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p66Shc regulates migration of castration-resistant prostate cancer cells.

Biobank publications - 1 hour 31 min ago

p66Shc regulates migration of castration-resistant prostate cancer cells.

Cell Signal. 2018 Feb 17;:

Authors: Ingersoll MA, Chou YW, Lin JS, Yuan TC, Miller D, Xie Y, Tu Y, Oberley-Deegan RE, Batra SK, Lin MF

Abstract
Metastatic castration-resistant (CR) prostate cancer (PCa) is a lethal disease for which no effective treatment is currently available. p66Shc is an oxidase previously shown to promote androgen-independent cell growth through generation of reactive oxygen species (ROS) and elevated in clinical PCa and multiple CR PCa cell lines. We hypothesize p66Shc also increases the migratory activity of PCa cells through ROS and investigate the associated mechanism. Using the transwell assay, our study reveals that the level of p66Shc protein correlates with cell migratory ability across several PCa cell lines. Furthermore, we show peroxide treatment induces migration of PCa cells that express low levels of p66Shc in a dose-dependent manner, while antioxidants inhibit migration. Conversely, PCa cells that express high levels of endogenous p66Shc or by cDNA transfection possess increased cell migration which is mitigated upon p66Shc shRNA transfection or expression of oxidase-deficient dominant-negative p66Shc W134F mutant. Protein microarray and immunoblot analyses reveal multiple proteins, including ErbB-2, AKT, mTOR, ERK, FOXM1, PYK2 and Rac1, are activated in p66Shc-elevated cells. Their involvement in PCa migration was examined using respective small-molecule inhibitors. The role of Rac1 was further validated using cDNA transfection and, significantly, p66Shc is found to promote lamellipodia formation through Rac1 activation. In summary, the results of our current studies clearly indicate p66Shc also regulates PCa cell migration through ROS-mediated activation of migration-associated proteins, notably Rac1.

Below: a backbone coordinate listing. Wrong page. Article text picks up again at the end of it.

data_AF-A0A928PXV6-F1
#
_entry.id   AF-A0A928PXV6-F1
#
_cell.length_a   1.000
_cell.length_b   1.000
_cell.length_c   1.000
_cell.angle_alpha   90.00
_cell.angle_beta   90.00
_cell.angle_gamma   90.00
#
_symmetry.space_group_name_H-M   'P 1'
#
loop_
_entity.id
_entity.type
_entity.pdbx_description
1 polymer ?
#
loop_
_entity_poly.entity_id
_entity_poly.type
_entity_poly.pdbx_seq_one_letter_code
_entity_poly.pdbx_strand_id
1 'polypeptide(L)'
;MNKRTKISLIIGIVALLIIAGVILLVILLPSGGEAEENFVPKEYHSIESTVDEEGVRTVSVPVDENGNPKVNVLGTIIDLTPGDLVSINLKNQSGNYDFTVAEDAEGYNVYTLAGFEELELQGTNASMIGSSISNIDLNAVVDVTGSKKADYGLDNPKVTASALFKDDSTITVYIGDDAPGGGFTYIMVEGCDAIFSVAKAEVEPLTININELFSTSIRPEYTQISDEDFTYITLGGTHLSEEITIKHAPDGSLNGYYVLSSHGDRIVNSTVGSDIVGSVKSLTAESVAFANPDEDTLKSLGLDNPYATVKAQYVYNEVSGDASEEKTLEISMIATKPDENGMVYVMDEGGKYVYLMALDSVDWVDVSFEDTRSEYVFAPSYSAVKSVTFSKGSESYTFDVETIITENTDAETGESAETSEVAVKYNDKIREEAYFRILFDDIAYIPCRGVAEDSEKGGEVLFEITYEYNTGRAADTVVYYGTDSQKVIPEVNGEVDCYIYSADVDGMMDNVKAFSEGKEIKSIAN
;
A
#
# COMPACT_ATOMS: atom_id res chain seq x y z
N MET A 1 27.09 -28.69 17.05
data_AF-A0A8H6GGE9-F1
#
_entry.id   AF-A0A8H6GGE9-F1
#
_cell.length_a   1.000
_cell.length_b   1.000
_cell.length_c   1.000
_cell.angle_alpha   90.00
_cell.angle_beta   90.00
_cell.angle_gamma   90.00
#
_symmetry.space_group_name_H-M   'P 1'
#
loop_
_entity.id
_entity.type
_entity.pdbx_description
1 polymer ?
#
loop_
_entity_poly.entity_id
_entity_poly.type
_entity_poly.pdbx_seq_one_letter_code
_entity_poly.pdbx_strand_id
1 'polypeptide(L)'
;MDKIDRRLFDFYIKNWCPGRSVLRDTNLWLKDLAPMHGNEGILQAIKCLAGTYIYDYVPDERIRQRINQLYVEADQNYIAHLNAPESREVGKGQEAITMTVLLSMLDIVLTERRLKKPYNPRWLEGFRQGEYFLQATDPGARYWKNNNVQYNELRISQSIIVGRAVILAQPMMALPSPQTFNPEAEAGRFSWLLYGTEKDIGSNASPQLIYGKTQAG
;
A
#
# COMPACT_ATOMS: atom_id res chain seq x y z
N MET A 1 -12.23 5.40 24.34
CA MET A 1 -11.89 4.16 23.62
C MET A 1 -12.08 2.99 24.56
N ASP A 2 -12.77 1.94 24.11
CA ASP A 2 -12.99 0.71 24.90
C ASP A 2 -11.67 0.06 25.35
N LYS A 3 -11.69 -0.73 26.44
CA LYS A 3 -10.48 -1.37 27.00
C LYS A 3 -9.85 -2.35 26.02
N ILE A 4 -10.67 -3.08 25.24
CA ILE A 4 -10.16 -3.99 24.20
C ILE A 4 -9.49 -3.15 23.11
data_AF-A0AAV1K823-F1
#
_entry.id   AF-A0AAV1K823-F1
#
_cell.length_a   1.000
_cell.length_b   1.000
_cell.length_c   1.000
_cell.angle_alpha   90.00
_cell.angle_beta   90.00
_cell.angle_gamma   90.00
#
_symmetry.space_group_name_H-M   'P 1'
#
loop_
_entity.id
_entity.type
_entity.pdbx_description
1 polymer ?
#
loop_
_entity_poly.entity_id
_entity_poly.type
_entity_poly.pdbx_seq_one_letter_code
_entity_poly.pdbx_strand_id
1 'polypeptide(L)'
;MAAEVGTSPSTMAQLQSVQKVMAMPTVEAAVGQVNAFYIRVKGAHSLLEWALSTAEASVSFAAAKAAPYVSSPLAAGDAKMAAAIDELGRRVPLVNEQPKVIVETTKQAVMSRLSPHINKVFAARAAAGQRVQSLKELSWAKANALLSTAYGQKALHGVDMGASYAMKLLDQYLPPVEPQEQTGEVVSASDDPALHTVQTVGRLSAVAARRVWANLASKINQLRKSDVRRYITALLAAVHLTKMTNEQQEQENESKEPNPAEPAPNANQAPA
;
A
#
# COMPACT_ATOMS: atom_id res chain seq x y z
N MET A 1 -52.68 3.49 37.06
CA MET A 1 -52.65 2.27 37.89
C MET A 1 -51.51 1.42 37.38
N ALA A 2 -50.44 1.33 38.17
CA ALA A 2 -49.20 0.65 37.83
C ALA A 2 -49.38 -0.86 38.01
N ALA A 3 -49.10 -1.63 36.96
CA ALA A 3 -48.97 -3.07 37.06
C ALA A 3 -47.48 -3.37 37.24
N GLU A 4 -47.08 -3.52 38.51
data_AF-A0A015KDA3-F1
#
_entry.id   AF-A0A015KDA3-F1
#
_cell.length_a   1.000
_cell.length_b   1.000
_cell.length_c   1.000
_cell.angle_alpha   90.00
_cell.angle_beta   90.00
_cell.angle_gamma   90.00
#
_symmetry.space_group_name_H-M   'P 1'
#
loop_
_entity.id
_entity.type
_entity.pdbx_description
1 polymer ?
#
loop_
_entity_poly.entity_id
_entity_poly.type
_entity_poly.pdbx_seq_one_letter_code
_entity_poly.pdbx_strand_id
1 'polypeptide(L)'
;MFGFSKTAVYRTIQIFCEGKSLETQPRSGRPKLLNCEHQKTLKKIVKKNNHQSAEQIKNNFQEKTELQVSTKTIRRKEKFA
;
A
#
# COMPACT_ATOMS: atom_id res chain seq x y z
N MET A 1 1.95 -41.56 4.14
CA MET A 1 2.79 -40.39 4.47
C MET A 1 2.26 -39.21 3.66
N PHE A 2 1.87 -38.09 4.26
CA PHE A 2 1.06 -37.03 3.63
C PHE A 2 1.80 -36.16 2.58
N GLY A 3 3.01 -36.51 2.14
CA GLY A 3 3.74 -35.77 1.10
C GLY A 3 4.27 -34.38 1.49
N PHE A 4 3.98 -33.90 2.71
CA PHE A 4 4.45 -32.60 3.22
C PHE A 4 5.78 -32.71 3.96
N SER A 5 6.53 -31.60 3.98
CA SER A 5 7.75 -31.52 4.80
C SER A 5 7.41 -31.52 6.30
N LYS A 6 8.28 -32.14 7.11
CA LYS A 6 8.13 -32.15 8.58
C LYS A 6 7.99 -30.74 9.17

PMID: 29462661 [PubMed - as supplied by publisher]

The relationship between alcohol use and long-term cognitive decline in middle and late life: a longitudinal analysis using UK Biobank.

Biobank publications - 1 hour 31 min ago

The relationship between alcohol use and long-term cognitive decline in middle and late life: a longitudinal analysis using UK Biobank.

J Public Health (Oxf). 2018 Feb 16;:

Authors: Piumatti G, Moore S, Berridge D, Sarkar C, Gallacher J